Tuesday, September 02, 2008

Hurricane Mitch: Part I

I just came across a document I wrote about my experiences during hurricane Mitch in 1998. As hurricanes roll through the carribean, I thought I would post it here.

What follows is an account of my experiences in Nicaragua during and after Hurricane Mitch, which devastated parts of Central America in October 1998. I found this difficult to write. I can not find the words that will capture what I saw and experienced. The words I have seem clichéd and flat; empty descriptions of the disaster that swept through Nicaragua.

I distrust summaries, any kind of gliding through time, any too great a claim that one is in control of what one recounts; I think someone who claims to understand but is obviously calm, someone who claims to write with emotion recollected in tranquillity is a fool and a liar. To understand is to tremble. To recollect is to re-enter and be riven.

- Harold Brodkey, ‘Manipulations

The oncoming storm

I was about to leave the capital, Managua, for the Atlantic Coast of Nicaragua when I was asked to wait. There was a tropical storm in the region and it seemed better to stay until it passed. The storm turned into Hurricane Mitch, swept north and then back south through Honduras and north-western Nicaragua.

I was frustrated and trapped. I couldn’t start working and it was raining – all day, every day. Then news reports started coming in: 7 dead, 100 dead, people trapped on their roofs waiting for rescue. My frustration changed. Its basis was still that I was doing nothing, but now I knew that terrible things were happening while I was sitting around.

Managua has become an island. Hurricane Mitch has flooded the rest of the pacific Coast. People are dying, people are hungry, people are cold and I am just sitting here.

- Personal Diary, October 31, 1998

The Nicaraguan Red Cross put out a desperate call for donations. I went to see if there was any way that I could help. I spent a day sorting clothes and the next day I returned to see if I could join a brigade to go help in an affected zone. Instead I was asked to work in the office of Public Relations. People were calling that only spoke English and there was no one to talk to them.

In the office of the Nicaraguan Red Cross

From doing nothing I was thrown into a whirlwind of activity. Reporters were coming in to find out what was going on outside of Managua. People were coming in to find out what had happened to their families. They were desperate but there were no answers for them. The phones were continually ringing. Suddenly I was giving information to reporters and organisations calling from around the world. I was giving interviews for papers, radio and television. I was in the office for ten to twelve hours a day and then would have an interview with BBC News at one in the morning, or an early appointment for a live shot with Good Morning America. When I was not on the phone, I was translating documents or listening to the most recent information that had come in.

Each day the news was more horrific. There were mud slides with thousands missing and most presumed to be dead. People were trapped in the mud alive. There were rivers filled with floating livestock. Large areas were inaccessible and out of communication. Some places could not even be reached by helicopter for fear of more mudslides. There were teams of relief workers sent out with midwives to help pregnant women. Reports came in from shelters that were overcrowded – 25 thousand people were staying in 60 shelters in the region of Chinandega. Many of these shelters were simply plastic tarps put up to keep people dry. There were shortages of food and medicine and there was a fear that diseases would be spread in the shelters which, despite efforts of those working there, had terrible hygienic and sanitary conditions.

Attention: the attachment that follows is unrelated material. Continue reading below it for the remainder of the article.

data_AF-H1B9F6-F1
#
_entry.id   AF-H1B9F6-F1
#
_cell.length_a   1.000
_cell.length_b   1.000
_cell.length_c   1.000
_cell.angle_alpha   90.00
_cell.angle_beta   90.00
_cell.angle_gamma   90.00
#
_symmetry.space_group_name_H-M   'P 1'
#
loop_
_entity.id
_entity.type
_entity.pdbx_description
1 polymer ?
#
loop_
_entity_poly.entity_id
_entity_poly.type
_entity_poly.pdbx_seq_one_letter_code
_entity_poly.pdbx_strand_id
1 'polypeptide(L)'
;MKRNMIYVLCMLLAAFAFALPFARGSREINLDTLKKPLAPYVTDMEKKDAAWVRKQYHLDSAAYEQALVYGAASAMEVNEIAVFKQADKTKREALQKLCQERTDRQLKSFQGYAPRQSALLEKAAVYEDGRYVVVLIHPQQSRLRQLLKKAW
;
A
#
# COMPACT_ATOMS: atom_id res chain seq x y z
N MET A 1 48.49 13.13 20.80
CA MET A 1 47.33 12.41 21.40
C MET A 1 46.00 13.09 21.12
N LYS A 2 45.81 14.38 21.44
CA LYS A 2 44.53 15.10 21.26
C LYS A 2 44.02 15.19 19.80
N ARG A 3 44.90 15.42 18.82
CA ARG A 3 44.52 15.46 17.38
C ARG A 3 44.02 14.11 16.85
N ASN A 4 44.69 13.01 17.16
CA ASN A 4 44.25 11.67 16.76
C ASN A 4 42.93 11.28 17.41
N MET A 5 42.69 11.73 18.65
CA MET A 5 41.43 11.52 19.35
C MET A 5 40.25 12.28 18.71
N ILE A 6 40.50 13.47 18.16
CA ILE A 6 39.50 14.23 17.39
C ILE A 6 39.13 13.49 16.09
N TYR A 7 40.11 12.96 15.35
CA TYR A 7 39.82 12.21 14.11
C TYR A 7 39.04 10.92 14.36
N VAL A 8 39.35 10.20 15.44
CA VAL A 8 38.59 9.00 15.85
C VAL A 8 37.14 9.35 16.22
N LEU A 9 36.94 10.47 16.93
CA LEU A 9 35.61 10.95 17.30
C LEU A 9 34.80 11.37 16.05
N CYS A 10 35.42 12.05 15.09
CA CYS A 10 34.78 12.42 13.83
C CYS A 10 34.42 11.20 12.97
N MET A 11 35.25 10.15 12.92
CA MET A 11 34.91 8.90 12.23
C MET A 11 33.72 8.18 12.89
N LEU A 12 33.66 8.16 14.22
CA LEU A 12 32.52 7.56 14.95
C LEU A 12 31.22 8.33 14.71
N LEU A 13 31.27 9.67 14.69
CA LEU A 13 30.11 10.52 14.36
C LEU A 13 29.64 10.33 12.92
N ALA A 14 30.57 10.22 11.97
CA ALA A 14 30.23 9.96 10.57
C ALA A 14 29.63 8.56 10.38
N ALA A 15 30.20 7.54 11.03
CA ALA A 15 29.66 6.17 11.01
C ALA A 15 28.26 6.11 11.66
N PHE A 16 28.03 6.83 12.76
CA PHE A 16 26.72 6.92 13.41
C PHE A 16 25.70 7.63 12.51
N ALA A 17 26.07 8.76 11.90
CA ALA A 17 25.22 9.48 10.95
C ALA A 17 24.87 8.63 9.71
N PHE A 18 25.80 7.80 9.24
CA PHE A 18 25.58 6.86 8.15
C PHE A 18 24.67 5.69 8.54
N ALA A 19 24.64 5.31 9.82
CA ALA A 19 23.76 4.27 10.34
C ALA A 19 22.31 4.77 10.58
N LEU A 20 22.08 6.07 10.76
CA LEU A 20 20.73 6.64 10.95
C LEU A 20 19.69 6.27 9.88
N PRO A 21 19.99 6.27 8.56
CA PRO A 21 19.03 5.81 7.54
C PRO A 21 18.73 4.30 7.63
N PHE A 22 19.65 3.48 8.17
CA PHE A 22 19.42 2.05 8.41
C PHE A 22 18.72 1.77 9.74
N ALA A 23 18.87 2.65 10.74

Relief workers came back with their own stories. There were shortages for them too and they were working without masks or gloves. They were wading to rescue people, through mud which came up to their waists. They had to decide from afar if a person was dead or alive by the amount of the body that was buried.

Animals were eating the decaying bodies and people were eating the animals. There was fear that diseases would turn epidemic. There were people surrounded by water but with none of it safe to drink. Adding to people’s uncertainties, the volcanic chain appeared to be showing signs of increased activity. Land mines, 70 thousand of them, had moved with the rains and flooding and now no one knew where they were.

I was describing events and situations of which I had only heard, or perhaps glimpsed on television. I had horrific images in my mind, but nothing real with which to connect them. I felt disconnected in the air conditioned office where they brought us food as we worked.

We were told that the road to Chinandega (the zone where the mudslides had been) was about to open. The Nicaraguan Red Cross was going to send a brigade of relief workers, a truckload of aid and a mini-van of reporters. I was invited to go with the reporters.

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